If sectarianism makes the world a dangerously divisive place, it seems logical that someone born of mixed cultures, religions and ethnicities would happily embrace an integrated identity.
In reality, a blended heritage can lead to personal conflict and confusion. Cherien Dabis — writer, director and star of the highly original comedy “May in the Summer” — explores what happens when a bright and successful author loses confidence in her seemingly secure self-image of above-the-fray inclusiveness.
As May, Dabis (“Amreeka”) is both persuasive and sympathetic when her sophisticated character — a New York-based writer engaged to Ziad (Alexander Siddig), a Muslim scholar from Columbia University — travels to her native Amman, Jordan, for a wedding that no longer seems a good idea.
There, in the country’s capital, May resumes a frosty relationship with her divorced, Arab, born-again-Christian mother (the great Hiam Abbass), who refuses to attend the wedding because of the groom’s faith. May also finds her unreliable white-American father (Bill Pullman) reaching out while she also navigates confusing family history with her restless sisters (Alia Shawkat, Nadine Malouf).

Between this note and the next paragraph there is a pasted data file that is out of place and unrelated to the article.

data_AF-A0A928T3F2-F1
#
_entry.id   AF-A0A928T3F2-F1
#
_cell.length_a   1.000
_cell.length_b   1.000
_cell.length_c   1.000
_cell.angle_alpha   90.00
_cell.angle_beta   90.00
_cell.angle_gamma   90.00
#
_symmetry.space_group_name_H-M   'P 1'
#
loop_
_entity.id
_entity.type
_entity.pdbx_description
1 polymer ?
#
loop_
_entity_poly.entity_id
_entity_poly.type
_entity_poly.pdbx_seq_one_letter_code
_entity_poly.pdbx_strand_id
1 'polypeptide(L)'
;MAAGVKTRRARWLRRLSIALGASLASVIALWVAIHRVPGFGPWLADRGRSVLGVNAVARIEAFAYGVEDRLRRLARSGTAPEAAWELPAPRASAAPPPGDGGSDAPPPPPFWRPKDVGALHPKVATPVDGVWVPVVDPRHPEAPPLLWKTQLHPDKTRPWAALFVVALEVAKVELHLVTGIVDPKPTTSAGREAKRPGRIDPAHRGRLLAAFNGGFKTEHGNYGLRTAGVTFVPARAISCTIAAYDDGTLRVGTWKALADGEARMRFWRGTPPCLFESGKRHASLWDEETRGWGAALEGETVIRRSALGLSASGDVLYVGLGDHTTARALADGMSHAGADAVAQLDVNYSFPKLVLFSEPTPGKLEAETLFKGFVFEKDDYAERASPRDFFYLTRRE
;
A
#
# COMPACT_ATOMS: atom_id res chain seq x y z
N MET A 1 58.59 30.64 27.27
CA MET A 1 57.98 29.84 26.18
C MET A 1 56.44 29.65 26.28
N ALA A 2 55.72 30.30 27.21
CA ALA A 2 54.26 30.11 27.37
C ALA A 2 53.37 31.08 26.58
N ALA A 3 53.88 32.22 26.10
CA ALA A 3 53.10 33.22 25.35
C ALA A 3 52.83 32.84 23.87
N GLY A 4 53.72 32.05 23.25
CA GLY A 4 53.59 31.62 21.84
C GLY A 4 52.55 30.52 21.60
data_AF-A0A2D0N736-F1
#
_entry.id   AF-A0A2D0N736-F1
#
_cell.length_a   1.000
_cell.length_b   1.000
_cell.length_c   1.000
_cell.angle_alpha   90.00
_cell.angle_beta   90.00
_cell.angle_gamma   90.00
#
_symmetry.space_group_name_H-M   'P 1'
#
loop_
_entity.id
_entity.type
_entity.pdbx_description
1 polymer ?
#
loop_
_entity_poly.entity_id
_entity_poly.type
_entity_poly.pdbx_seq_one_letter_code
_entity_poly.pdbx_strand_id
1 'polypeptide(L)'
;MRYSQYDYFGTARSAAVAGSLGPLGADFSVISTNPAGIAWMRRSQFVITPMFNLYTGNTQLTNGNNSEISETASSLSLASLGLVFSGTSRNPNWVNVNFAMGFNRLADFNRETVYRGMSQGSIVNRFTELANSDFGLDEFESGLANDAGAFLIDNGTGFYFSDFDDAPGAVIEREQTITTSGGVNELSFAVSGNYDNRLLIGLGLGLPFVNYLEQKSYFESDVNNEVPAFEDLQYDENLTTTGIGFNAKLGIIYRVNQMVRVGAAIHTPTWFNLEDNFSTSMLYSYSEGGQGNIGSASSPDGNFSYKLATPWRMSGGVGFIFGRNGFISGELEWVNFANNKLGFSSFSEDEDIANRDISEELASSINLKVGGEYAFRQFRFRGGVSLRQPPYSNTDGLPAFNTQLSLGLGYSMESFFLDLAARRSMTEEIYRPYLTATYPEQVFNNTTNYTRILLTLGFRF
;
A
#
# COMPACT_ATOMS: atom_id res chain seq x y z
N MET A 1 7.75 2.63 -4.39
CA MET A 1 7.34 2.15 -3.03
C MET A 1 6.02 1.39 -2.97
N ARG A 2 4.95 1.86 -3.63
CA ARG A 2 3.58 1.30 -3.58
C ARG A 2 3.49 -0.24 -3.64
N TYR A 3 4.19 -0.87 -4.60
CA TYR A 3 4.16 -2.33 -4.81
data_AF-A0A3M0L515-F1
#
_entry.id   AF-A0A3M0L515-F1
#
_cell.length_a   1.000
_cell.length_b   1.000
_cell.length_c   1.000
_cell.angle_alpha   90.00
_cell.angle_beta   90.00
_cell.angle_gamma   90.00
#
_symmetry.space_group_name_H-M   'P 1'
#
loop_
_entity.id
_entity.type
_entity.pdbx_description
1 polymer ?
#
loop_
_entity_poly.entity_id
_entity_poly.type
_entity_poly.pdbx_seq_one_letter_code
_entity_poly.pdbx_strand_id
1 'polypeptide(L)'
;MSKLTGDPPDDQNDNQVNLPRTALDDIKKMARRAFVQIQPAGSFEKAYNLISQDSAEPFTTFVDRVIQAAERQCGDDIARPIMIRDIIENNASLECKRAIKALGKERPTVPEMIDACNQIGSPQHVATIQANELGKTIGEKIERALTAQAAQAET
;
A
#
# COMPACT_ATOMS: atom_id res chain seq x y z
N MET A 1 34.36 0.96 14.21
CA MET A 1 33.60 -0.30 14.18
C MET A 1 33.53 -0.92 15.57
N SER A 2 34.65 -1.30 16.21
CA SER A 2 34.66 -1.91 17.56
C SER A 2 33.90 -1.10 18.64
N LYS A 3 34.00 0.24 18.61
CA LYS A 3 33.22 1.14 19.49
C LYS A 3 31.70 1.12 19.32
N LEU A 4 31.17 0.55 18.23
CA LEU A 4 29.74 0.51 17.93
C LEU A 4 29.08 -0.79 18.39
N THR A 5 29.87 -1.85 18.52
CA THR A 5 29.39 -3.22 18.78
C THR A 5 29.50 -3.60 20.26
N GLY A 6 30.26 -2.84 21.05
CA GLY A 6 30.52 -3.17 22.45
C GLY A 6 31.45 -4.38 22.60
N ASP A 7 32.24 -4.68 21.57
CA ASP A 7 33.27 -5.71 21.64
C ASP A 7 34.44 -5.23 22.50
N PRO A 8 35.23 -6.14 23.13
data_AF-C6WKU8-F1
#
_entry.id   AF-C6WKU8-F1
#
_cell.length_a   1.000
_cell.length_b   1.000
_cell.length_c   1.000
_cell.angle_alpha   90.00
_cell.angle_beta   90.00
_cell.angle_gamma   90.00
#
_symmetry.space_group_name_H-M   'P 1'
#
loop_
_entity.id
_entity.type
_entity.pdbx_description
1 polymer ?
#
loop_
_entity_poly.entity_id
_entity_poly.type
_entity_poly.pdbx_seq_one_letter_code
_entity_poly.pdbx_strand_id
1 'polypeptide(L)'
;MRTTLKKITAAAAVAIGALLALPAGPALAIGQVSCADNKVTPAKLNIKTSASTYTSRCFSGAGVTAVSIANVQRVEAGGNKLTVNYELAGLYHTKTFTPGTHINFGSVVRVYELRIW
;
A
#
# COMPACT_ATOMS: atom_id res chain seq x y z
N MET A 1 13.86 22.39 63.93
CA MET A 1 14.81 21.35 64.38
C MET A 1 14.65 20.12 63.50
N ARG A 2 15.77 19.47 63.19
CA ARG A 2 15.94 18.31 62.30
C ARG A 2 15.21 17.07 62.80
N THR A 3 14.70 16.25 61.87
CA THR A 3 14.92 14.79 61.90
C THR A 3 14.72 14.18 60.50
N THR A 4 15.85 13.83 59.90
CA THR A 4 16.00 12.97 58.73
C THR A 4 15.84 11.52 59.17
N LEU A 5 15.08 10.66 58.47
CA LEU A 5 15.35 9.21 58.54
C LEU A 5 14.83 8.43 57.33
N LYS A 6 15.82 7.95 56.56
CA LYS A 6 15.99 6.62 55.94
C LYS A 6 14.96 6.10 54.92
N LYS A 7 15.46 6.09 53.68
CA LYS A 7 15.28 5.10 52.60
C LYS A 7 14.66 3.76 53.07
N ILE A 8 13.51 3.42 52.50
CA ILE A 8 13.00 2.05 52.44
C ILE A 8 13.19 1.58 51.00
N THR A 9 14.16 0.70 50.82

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Above all, marrying Ziad loses its false security for May as she becomes reacquainted with her conflicted roots, all while warming up to a kind Palestinian tour guide (Elie Mitri).
Shot in Amman’s middle-class environs, the film (inexplicably rated R) is deceptively light in tone, given such strong themes as infidelity, abandonment and religious intolerance. Dabis covers a lot of ground as a storyteller while delivering a smart, focused performance.
Thom Keogh: firstname.lastname@example.org